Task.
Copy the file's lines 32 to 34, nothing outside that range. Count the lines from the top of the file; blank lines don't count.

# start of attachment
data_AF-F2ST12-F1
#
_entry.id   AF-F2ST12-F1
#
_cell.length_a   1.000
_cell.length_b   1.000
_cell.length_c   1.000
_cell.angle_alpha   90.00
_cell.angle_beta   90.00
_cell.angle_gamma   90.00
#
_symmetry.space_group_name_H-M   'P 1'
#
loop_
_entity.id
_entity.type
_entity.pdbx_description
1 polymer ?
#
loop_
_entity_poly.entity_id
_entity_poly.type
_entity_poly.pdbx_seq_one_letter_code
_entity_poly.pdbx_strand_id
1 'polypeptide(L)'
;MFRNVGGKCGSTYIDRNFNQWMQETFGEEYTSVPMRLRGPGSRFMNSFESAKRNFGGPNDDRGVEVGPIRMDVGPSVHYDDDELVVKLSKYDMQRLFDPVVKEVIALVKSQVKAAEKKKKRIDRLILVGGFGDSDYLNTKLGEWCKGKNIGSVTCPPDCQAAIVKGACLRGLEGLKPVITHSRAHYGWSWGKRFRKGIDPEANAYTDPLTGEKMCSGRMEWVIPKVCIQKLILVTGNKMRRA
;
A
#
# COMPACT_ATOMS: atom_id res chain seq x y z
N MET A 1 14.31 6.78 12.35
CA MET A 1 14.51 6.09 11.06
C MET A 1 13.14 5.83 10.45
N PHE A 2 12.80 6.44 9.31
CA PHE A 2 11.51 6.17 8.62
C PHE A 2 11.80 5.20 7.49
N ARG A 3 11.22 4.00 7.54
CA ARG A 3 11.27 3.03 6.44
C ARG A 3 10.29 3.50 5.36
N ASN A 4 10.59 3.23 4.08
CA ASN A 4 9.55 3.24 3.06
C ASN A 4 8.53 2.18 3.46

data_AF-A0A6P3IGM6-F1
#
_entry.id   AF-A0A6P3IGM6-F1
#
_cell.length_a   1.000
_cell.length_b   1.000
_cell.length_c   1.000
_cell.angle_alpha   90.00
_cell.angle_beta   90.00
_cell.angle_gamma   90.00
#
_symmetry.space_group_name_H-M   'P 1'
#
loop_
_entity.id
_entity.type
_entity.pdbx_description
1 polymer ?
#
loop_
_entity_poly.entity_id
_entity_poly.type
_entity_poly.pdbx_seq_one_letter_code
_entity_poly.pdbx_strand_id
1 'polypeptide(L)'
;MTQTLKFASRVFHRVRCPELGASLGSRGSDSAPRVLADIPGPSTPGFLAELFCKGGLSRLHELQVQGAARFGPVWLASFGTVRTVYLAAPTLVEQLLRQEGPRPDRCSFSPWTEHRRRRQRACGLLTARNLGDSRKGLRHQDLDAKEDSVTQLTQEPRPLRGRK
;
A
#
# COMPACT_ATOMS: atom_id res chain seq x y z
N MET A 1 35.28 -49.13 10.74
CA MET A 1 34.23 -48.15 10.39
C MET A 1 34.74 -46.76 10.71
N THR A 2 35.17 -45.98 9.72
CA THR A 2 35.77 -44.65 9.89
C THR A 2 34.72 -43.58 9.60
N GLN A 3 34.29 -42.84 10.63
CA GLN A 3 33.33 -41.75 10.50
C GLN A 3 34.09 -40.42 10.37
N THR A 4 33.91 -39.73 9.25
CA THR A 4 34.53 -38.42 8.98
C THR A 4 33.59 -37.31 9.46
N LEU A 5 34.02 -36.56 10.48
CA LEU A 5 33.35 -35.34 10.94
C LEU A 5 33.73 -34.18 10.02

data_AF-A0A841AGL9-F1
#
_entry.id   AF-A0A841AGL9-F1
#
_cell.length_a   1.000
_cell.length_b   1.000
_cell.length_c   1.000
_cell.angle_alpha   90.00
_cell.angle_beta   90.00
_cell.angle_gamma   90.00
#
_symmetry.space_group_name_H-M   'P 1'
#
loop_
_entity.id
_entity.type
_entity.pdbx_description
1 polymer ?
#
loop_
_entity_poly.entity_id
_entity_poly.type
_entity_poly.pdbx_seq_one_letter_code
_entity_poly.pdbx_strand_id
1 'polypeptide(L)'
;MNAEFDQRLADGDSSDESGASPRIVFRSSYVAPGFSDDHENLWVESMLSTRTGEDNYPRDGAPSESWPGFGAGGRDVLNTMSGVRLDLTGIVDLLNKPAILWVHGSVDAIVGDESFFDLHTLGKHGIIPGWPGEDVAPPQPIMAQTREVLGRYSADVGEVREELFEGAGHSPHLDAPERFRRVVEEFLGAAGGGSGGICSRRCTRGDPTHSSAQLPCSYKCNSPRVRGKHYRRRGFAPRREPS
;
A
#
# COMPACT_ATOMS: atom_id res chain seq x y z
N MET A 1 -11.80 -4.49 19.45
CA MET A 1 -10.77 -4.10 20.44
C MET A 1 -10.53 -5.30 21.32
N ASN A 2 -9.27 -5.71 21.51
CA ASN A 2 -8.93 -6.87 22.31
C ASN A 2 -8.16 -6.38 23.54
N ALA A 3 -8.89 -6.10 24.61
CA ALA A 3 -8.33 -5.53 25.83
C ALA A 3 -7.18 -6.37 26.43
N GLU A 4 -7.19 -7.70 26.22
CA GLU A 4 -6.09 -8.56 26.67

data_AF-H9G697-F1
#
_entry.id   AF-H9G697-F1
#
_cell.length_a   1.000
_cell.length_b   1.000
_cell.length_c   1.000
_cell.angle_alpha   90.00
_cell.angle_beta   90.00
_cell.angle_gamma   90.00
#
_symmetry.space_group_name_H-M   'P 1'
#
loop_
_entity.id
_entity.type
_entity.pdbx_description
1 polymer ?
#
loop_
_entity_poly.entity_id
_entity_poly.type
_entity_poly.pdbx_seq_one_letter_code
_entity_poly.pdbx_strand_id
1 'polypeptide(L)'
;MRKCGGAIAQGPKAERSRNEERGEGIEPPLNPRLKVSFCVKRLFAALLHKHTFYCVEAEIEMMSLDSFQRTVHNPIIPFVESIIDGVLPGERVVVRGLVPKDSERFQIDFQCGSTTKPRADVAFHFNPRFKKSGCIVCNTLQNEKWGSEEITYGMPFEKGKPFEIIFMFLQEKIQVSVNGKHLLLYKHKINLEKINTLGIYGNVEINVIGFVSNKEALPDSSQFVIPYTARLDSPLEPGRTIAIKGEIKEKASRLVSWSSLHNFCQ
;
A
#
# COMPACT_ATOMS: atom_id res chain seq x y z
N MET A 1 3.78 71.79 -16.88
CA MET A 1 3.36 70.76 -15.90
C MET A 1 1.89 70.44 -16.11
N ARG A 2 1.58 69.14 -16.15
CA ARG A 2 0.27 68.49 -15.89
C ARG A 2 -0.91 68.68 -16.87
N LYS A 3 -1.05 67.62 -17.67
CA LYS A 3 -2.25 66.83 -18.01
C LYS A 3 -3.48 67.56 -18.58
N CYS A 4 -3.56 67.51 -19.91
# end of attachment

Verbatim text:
CA MET A 1 14.51 6.09 11.06
C MET A 1 13.14 5.83 10.45
N PHE A 2 12.80 6.44 9.31